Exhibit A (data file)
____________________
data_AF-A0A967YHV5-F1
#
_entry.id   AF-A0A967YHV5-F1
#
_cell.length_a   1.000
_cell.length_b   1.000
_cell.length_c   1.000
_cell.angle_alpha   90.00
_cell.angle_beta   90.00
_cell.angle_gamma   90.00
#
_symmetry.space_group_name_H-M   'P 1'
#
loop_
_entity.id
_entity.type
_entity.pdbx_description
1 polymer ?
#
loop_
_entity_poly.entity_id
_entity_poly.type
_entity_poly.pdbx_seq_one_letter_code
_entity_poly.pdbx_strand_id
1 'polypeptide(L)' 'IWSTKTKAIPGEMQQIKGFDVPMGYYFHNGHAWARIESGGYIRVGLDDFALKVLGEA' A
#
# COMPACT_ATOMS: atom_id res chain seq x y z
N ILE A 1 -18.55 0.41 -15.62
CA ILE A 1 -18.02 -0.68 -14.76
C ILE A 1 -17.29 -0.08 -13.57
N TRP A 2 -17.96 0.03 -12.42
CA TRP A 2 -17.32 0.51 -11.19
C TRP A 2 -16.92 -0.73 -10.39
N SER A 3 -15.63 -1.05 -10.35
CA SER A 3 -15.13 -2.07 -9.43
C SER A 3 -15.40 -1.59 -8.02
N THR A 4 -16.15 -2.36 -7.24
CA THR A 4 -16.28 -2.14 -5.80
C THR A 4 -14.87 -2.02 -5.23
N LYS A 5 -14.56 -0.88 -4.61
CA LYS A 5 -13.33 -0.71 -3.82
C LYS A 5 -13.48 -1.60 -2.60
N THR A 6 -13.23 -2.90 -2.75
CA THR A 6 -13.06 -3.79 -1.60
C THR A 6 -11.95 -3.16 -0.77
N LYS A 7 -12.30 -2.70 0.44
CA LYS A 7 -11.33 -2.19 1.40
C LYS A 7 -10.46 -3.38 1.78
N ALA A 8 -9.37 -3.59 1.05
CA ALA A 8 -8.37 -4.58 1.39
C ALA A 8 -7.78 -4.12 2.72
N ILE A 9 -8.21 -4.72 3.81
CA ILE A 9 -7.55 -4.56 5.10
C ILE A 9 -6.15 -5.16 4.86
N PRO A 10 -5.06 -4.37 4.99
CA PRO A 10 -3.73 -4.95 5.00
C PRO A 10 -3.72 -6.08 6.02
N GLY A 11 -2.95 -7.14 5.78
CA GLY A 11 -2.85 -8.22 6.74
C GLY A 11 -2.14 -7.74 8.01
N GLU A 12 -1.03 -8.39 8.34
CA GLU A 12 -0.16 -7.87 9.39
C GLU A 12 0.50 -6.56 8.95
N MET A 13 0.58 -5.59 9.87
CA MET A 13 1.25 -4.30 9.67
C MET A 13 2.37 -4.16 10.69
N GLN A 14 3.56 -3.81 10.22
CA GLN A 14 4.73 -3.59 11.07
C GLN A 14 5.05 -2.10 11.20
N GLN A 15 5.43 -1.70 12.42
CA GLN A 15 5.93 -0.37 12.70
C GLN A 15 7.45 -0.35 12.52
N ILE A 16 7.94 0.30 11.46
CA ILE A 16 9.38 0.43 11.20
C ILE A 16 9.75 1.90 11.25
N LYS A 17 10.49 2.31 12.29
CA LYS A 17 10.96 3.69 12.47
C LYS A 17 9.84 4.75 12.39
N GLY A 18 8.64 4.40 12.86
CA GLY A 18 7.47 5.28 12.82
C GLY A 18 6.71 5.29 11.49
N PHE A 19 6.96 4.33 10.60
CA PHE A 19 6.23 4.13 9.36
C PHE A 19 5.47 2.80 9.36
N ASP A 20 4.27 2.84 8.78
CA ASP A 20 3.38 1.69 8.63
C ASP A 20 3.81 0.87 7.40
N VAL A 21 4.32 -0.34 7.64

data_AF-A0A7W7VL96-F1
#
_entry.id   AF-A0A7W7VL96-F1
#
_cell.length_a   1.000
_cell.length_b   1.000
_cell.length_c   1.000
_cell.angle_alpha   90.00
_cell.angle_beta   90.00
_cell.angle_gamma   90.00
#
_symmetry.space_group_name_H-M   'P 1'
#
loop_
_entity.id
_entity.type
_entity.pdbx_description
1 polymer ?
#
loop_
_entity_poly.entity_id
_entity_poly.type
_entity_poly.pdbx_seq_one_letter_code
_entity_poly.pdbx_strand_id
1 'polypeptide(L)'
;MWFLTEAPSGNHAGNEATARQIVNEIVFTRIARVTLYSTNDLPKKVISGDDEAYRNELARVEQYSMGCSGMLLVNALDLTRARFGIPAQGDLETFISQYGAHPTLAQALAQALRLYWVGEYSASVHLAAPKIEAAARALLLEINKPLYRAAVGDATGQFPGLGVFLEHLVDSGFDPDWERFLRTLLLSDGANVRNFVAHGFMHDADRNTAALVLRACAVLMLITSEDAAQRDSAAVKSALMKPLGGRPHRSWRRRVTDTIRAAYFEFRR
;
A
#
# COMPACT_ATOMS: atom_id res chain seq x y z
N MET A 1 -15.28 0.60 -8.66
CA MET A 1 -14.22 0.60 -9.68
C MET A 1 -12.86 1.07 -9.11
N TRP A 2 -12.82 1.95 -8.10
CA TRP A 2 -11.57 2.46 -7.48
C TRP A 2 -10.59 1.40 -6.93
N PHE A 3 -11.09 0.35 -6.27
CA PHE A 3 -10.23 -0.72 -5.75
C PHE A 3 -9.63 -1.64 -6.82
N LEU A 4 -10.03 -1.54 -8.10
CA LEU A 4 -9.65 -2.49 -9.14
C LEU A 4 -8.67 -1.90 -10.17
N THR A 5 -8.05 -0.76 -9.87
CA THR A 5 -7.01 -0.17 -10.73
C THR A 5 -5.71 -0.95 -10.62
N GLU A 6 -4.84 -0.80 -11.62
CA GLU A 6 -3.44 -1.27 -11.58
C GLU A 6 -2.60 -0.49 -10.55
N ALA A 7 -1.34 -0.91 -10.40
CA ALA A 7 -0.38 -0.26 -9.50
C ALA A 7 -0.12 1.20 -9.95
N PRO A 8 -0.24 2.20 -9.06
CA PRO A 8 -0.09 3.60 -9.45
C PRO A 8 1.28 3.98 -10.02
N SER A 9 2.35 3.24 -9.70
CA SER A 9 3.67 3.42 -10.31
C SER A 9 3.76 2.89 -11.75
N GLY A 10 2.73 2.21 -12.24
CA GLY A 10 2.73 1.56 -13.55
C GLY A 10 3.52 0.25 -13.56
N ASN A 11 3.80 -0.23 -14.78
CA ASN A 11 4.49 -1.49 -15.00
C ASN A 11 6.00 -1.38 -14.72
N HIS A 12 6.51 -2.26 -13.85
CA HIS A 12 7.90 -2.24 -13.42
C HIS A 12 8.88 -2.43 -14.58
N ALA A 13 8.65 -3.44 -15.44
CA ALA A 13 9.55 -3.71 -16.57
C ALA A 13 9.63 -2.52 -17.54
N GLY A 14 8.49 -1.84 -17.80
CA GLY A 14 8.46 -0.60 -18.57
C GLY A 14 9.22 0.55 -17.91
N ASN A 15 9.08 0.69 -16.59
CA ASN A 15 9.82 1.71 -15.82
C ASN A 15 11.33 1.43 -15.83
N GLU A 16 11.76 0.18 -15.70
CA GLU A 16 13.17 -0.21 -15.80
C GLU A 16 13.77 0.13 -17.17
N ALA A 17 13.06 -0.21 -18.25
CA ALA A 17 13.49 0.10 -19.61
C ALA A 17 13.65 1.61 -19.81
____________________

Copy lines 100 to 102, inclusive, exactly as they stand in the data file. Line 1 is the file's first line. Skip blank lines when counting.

_symmetry.space_group_name_H-M   'P 1'
#
loop_